When the crash hit, financial journalist Andrew Ross Sorkin recalled seeing Wall Street executives running to ATMs to pull out all of their cash from their banks fearing a complete collapse of the system. This crash was fueled by high levels of risky debt and a financial system driven by hubris and false positives. Everyone seemed fat, dumb and happy leading up to the collapse. Only a very few saw the bubble coming precipitated by the bust in the housing markets which triggered a domino effect through out the world. In 2007, the average working stiff felt secure that their house would keep growing in value and that their retirement funds were safe and life was good. By early 2008 the stock markets, retirement funds and other investments had lost almost half their value.  Houses were now worth far less than their mortgages and they were “under water”.  Foreclosures began to stack up like cord wood as people lost their jobs, savings and homes. Needless to say, they lost their appetites too.

As Bill and I moved onto our entrees, we both agreed that we are seeing similar clouds appearing on the horizon. A high-priced stock market, tons of debt, trade wars developing and a general disconnect amongst the average guy on the street and the true financial conditions they live in. It’s like watching a hurricane form in the ocean.

Consumer debt in the U.S. is now over $13 Trillion and climbing. Credit card debt has hit an all-time high, which some economists blame on unnecessary spending and others claim is a result of stagnant wage growth in the working class. Building student debt, medical expenses and general cost of living, topped with high interest rates make it clear – somethings got to give. Yet, with unemployment at a 17 year low and despite zero wage growth (more on that below) – 85% of blue collar workers feel that their financial future is headed in the right direction.

Bill and I found it interesting that this overall sense that things were a boom for the average guy was misleading. Real wage growth for the working class was ZERO when adjusted for inflation. To make matters worse, it was reported that every single incremental dollar earned by the working class was sucked up paying for health care and insurance. Bloomberg Business News just reported today that the Republicans commissioned a survey to see how Americans felt about their landmark tax cuts and got a rude awakening when the majority of people viewed it negatively because it only benefits corporations and the wealthy while driving the national debt and deficit up by $1.5 Trillion! Families in states like NY, NJ, CT will get slammed because they have lost important deductions that will boost their taxes considerably. The real sticker shock will come in April when many taxpayers find out that they under withheld and now need to write a check to the IRS.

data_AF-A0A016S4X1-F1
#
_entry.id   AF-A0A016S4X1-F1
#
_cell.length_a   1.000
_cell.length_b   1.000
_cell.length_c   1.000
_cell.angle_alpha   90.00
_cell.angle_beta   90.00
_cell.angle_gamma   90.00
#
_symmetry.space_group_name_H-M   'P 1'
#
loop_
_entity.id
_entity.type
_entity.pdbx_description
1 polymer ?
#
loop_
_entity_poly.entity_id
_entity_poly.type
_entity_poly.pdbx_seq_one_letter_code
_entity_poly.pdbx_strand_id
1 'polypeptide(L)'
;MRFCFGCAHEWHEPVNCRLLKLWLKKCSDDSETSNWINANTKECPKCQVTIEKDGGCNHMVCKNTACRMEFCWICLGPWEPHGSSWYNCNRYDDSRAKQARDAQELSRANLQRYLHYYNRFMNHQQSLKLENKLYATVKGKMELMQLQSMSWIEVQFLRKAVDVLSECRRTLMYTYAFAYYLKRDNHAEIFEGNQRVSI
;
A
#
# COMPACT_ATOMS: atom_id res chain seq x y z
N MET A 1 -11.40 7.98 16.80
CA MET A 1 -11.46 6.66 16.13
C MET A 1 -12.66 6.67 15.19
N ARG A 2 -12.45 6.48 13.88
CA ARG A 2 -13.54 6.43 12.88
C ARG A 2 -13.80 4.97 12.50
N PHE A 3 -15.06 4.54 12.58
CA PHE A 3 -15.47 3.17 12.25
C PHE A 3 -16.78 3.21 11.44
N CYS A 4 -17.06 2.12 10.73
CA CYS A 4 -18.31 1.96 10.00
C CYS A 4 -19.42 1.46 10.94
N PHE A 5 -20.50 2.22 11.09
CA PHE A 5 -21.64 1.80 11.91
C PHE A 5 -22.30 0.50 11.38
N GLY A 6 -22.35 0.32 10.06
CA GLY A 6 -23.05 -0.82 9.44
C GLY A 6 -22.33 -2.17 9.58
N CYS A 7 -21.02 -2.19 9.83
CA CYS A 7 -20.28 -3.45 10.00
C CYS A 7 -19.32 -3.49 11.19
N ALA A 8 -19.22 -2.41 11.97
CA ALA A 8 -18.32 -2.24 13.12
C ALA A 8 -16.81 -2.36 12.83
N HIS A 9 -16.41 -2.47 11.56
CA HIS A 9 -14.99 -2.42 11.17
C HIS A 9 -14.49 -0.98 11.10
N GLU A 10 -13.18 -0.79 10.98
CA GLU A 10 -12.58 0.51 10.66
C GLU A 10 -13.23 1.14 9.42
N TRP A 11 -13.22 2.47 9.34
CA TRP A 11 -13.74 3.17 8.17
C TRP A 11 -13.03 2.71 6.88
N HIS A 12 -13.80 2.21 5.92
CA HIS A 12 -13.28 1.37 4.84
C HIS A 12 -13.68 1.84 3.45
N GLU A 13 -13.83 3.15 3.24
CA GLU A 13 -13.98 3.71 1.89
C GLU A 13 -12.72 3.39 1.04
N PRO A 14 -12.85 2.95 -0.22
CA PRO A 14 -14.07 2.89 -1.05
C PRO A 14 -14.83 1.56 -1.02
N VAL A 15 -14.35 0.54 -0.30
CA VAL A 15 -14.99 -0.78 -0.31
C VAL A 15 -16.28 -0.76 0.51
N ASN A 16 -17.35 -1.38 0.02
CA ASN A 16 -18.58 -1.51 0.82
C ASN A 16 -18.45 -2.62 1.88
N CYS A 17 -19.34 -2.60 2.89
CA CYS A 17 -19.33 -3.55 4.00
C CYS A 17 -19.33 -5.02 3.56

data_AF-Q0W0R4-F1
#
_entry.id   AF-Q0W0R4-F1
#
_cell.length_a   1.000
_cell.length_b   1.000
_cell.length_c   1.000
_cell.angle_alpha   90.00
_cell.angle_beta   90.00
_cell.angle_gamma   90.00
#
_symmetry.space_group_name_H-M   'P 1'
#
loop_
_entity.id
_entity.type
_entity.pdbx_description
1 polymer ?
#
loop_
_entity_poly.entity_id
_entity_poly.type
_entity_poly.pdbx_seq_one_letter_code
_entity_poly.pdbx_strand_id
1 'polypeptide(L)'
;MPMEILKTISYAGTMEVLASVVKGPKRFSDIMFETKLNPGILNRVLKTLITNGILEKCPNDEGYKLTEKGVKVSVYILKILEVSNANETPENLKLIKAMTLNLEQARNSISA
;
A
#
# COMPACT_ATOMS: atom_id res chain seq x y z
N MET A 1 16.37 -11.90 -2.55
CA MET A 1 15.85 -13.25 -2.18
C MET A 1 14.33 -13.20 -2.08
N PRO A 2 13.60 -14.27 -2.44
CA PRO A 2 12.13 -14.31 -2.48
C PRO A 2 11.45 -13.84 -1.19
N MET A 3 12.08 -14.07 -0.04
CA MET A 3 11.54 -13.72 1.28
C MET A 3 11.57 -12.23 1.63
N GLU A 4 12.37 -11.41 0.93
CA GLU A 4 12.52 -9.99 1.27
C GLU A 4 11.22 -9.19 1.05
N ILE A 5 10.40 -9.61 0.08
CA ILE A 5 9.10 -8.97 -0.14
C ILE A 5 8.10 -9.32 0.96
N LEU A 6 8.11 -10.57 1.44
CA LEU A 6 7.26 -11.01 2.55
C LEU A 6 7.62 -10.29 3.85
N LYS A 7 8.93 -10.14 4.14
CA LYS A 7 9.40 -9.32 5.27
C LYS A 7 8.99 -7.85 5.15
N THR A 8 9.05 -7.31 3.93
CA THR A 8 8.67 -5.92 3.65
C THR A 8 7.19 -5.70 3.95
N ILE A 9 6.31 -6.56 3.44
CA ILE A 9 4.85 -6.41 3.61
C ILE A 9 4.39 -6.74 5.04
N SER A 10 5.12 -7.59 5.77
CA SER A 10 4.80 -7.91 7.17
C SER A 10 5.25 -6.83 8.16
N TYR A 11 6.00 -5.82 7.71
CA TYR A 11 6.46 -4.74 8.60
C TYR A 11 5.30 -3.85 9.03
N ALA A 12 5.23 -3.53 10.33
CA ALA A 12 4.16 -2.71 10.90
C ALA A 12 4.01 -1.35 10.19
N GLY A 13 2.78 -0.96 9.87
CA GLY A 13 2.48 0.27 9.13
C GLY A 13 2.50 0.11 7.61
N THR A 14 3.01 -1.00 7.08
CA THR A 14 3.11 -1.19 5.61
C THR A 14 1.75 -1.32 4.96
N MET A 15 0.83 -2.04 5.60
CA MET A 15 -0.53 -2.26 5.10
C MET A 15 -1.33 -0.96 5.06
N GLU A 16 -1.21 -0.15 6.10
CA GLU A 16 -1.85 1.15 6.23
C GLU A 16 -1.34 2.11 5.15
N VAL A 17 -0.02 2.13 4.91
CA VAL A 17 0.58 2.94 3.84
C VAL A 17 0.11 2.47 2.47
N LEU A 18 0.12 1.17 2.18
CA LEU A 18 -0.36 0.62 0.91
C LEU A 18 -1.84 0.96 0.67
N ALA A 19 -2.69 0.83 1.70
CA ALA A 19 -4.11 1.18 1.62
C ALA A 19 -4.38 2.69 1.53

By the time dessert came, I asked Bill – “So what will it be?  Boom, bust or bubble?”.  He looked up and said… “You tell me.”

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David Sederholt
David Sederholt is a multi-discipline entrepreneur who has launched and built numerous companies in specialty finance, foodservice and commercial real estate over 40 years. After owning, financing and operating over a dozen restaurants in his career he found a niche in serving small businesses seeking financing and strategic advice. For 10 years he served as Chief Operating Office of Strategic Funding Source, Inc., (now called Kapitus). David has also been a Managing Partner at a boutique investment bank and a specialty commercial real estate firm. He is a regular guest lecturer and contributor to business and industry publications as well as serving as a Board member and advisor to numerous companies and non-profit organizations. He is currently owner of Ragnar Partners, LLC, a private investment and advisory firm.